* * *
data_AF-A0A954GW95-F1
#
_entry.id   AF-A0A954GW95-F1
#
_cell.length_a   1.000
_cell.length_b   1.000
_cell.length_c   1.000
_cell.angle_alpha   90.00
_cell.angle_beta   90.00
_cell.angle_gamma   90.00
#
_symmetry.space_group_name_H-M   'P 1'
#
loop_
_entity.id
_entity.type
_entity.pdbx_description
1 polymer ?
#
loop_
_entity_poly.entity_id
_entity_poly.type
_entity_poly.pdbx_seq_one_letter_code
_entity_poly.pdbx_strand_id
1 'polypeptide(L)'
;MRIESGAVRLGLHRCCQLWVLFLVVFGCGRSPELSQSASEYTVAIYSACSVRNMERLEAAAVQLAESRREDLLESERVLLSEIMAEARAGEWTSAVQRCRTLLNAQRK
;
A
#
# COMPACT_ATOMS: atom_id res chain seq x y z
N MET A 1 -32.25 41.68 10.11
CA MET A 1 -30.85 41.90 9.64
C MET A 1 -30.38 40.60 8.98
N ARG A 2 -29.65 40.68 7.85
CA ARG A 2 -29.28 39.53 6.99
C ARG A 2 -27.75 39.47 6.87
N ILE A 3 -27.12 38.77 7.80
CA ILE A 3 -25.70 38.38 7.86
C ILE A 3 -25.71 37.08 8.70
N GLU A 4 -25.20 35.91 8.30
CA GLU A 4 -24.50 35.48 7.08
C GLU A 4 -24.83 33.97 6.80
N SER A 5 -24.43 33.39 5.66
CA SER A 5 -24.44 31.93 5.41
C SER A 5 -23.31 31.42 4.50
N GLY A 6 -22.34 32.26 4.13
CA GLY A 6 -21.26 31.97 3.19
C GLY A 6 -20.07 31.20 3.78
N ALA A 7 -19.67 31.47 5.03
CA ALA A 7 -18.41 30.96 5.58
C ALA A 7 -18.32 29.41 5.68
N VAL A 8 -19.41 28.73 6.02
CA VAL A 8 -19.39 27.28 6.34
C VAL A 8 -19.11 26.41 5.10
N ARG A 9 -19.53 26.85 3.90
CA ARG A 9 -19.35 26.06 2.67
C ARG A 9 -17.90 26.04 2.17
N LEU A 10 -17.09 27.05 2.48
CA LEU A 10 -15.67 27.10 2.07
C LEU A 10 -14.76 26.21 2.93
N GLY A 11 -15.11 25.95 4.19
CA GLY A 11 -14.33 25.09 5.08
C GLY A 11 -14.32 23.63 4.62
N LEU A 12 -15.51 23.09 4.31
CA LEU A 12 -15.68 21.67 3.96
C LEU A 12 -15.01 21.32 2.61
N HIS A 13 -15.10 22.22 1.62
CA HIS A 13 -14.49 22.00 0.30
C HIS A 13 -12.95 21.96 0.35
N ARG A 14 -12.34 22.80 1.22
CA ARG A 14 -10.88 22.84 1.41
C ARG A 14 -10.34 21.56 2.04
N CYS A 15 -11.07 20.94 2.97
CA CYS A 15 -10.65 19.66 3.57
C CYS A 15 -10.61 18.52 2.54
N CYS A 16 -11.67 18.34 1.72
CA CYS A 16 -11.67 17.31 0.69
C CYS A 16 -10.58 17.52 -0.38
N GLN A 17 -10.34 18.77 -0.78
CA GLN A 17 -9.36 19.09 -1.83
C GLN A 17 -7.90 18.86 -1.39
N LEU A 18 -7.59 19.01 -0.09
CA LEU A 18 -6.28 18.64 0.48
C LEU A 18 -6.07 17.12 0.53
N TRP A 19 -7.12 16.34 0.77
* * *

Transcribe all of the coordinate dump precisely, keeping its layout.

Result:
data_AF-A0A954GW95-F1
#
_entry.id   AF-A0A954GW95-F1
#
_cell.length_a   1.000
_cell.length_b   1.000
_cell.length_c   1.000
_cell.angle_alpha   90.00
_cell.angle_beta   90.00
_cell.angle_gamma   90.00
#
_symmetry.space_group_name_H-M   'P 1'
#
loop_
_entity.id
_entity.type
_entity.pdbx_description
1 polymer ?
#
loop_
_entity_poly.entity_id
_entity_poly.type
_entity_poly.pdbx_seq_one_letter_code
_entity_poly.pdbx_strand_id
1 'polypeptide(L)'
;MRIESGAVRLGLHRCCQLWVLFLVVFGCGRSPELSQSASEYTVAIYSACSVRNMERLEAAAVQLAESRREDLLESERVLLSEIMAEARAGEWTSAVQRCRTLLNAQRK
;
A
#
# COMPACT_ATOMS: atom_id res chain seq x y z
N MET A 1 -32.25 41.68 10.11
CA MET A 1 -30.85 41.90 9.64
C MET A 1 -30.38 40.60 8.98
N ARG A 2 -29.65 40.68 7.85
CA ARG A 2 -29.28 39.53 6.99
C ARG A 2 -27.75 39.47 6.87
N ILE A 3 -27.12 38.77 7.80
CA ILE A 3 -25.70 38.38 7.86
C ILE A 3 -25.71 37.08 8.70
N GLU A 4 -25.20 35.91 8.30
CA GLU A 4 -24.50 35.48 7.08
C GLU A 4 -24.83 33.97 6.80
N SER A 5 -24.43 33.39 5.66
CA SER A 5 -24.44 31.93 5.41
C SER A 5 -23.31 31.42 4.50
N GLY A 6 -22.34 32.26 4.13
CA GLY A 6 -21.26 31.97 3.19
C GLY A 6 -20.07 31.20 3.78
N ALA A 7 -19.67 31.47 5.03
CA ALA A 7 -18.41 30.96 5.58
C ALA A 7 -18.32 29.41 5.68
N VAL A 8 -19.41 28.73 6.02
CA VAL A 8 -19.39 27.28 6.34
C VAL A 8 -19.11 26.41 5.10
N ARG A 9 -19.53 26.85 3.90
CA ARG A 9 -19.35 26.06 2.67
C ARG A 9 -17.90 26.04 2.17
N LEU A 10 -17.09 27.05 2.48
CA LEU A 10 -15.67 27.10 2.07
C LEU A 10 -14.76 26.21 2.93
N GLY A 11 -15.11 25.95 4.19
CA GLY A 11 -14.33 25.09 5.08
C GLY A 11 -14.32 23.63 4.62
N LEU A 12 -15.51 23.09 4.31
CA LEU A 12 -15.68 21.67 3.96
C LEU A 12 -15.01 21.32 2.61
N HIS A 13 -15.10 22.22 1.62
CA HIS A 13 -14.49 22.00 0.30
C HIS A 13 -12.95 21.96 0.35
N ARG A 14 -12.34 22.80 1.22
CA ARG A 14 -10.88 22.84 1.41
C ARG A 14 -10.34 21.56 2.04
N CYS A 15 -11.07 20.94 2.97
CA CYS A 15 -10.65 19.66 3.57
C CYS A 15 -10.61 18.52 2.54
N CYS A 16 -11.67 18.34 1.72
CA CYS A 16 -11.67 17.31 0.69
C CYS A 16 -10.58 17.52 -0.38
N GLN A 17 -10.34 18.77 -0.78
CA GLN A 17 -9.36 19.09 -1.83
C GLN A 17 -7.90 18.86 -1.39
N LEU A 18 -7.59 19.01 -0.09
CA LEU A 18 -6.28 18.64 0.48
C LEU A 18 -6.07 17.12 0.53
N TRP A 19 -7.12 16.34 0.77